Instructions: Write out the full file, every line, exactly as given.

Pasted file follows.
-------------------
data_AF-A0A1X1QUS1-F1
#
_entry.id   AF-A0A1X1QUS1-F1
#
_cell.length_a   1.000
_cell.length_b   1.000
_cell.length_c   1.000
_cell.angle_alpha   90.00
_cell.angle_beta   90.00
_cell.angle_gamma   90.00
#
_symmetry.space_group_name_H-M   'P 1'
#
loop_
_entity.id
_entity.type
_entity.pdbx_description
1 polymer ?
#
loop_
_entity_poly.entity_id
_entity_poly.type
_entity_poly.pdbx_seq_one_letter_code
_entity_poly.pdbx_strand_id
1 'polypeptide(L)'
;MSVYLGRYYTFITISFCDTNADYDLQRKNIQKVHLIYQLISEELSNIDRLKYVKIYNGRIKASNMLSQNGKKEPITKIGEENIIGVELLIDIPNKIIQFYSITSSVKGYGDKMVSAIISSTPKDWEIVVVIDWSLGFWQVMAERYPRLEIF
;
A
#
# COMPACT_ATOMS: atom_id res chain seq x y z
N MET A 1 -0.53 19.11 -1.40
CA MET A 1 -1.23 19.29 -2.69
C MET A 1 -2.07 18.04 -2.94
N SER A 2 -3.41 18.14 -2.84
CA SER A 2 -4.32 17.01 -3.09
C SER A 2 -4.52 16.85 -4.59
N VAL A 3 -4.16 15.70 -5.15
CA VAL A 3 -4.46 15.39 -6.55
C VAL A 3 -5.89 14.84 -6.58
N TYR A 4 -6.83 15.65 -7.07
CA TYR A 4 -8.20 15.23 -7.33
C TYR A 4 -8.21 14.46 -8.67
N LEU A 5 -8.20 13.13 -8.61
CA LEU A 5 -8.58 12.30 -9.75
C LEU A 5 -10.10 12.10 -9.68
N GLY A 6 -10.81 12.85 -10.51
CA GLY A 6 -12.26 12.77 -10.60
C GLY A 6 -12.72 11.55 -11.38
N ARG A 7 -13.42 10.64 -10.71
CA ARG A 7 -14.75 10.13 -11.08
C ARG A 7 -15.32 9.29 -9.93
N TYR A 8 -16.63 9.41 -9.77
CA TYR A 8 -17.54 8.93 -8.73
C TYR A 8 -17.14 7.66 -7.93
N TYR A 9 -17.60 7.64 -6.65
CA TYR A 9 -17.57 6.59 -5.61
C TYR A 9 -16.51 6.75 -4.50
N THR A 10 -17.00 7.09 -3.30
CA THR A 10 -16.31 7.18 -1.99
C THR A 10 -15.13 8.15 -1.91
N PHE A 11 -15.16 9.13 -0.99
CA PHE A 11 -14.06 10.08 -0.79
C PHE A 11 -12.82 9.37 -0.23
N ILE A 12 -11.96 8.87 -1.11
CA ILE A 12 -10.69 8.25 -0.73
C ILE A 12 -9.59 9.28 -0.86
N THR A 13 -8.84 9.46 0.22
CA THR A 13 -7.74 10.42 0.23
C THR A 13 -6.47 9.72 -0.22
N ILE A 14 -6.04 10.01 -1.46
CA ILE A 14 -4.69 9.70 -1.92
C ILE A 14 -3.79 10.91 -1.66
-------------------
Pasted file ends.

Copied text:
data_AF-A0A1X1QUS1-F1
#
_entry.id   AF-A0A1X1QUS1-F1
#
_cell.length_a   1.000
_cell.length_b   1.000
_cell.length_c   1.000
_cell.angle_alpha   90.00
_cell.angle_beta   90.00
_cell.angle_gamma   90.00
#
_symmetry.space_group_name_H-M   'P 1'
#
loop_
_entity.id
_entity.type
_entity.pdbx_description
1 polymer ?
#
loop_
_entity_poly.entity_id
_entity_poly.type
_entity_poly.pdbx_seq_one_letter_code
_entity_poly.pdbx_strand_id
1 'polypeptide(L)'
;MSVYLGRYYTFITISFCDTNADYDLQRKNIQKVHLIYQLISEELSNIDRLKYVKIYNGRIKASNMLSQNGKKEPITKIGEENIIGVELLIDIPNKIIQFYSITSSVKGYGDKMVSAIISSTPKDWEIVVVIDWSLGFWQVMAERYPRLEIF
;
A
#
# COMPACT_ATOMS: atom_id res chain seq x y z
N MET A 1 -0.53 19.11 -1.40
CA MET A 1 -1.23 19.29 -2.69
C MET A 1 -2.07 18.04 -2.94
N SER A 2 -3.41 18.14 -2.84
CA SER A 2 -4.32 17.01 -3.09
C SER A 2 -4.52 16.85 -4.59
N VAL A 3 -4.16 15.70 -5.15
CA VAL A 3 -4.46 15.39 -6.55
C VAL A 3 -5.89 14.84 -6.58
N TYR A 4 -6.83 15.65 -7.07
CA TYR A 4 -8.20 15.23 -7.33
C TYR A 4 -8.21 14.46 -8.67
N LEU A 5 -8.20 13.13 -8.61
CA LEU A 5 -8.58 12.30 -9.75
C LEU A 5 -10.10 12.10 -9.68
N GLY A 6 -10.81 12.85 -10.51
CA GLY A 6 -12.26 12.77 -10.60
C GLY A 6 -12.72 11.55 -11.38
N ARG A 7 -13.42 10.64 -10.71
CA ARG A 7 -14.75 10.13 -11.08
C ARG A 7 -15.32 9.29 -9.93
N TYR A 8 -16.63 9.41 -9.77
CA TYR A 8 -17.54 8.93 -8.73
C TYR A 8 -17.14 7.66 -7.93
N TYR A 9 -17.60 7.64 -6.65
CA TYR A 9 -17.57 6.59 -5.61
C TYR A 9 -16.51 6.75 -4.50
N THR A 10 -17.00 7.09 -3.30
CA THR A 10 -16.31 7.18 -1.99
C THR A 10 -15.13 8.15 -1.91
N PHE A 11 -15.16 9.13 -0.99
CA PHE A 11 -14.06 10.08 -0.79
C PHE A 11 -12.82 9.37 -0.23
N ILE A 12 -11.96 8.87 -1.11
CA ILE A 12 -10.69 8.25 -0.73
C ILE A 12 -9.59 9.28 -0.86
N THR A 13 -8.84 9.46 0.22
CA THR A 13 -7.74 10.42 0.23
C THR A 13 -6.47 9.72 -0.22
N ILE A 14 -6.04 10.01 -1.46
CA ILE A 14 -4.69 9.70 -1.92
C ILE A 14 -3.79 10.91 -1.66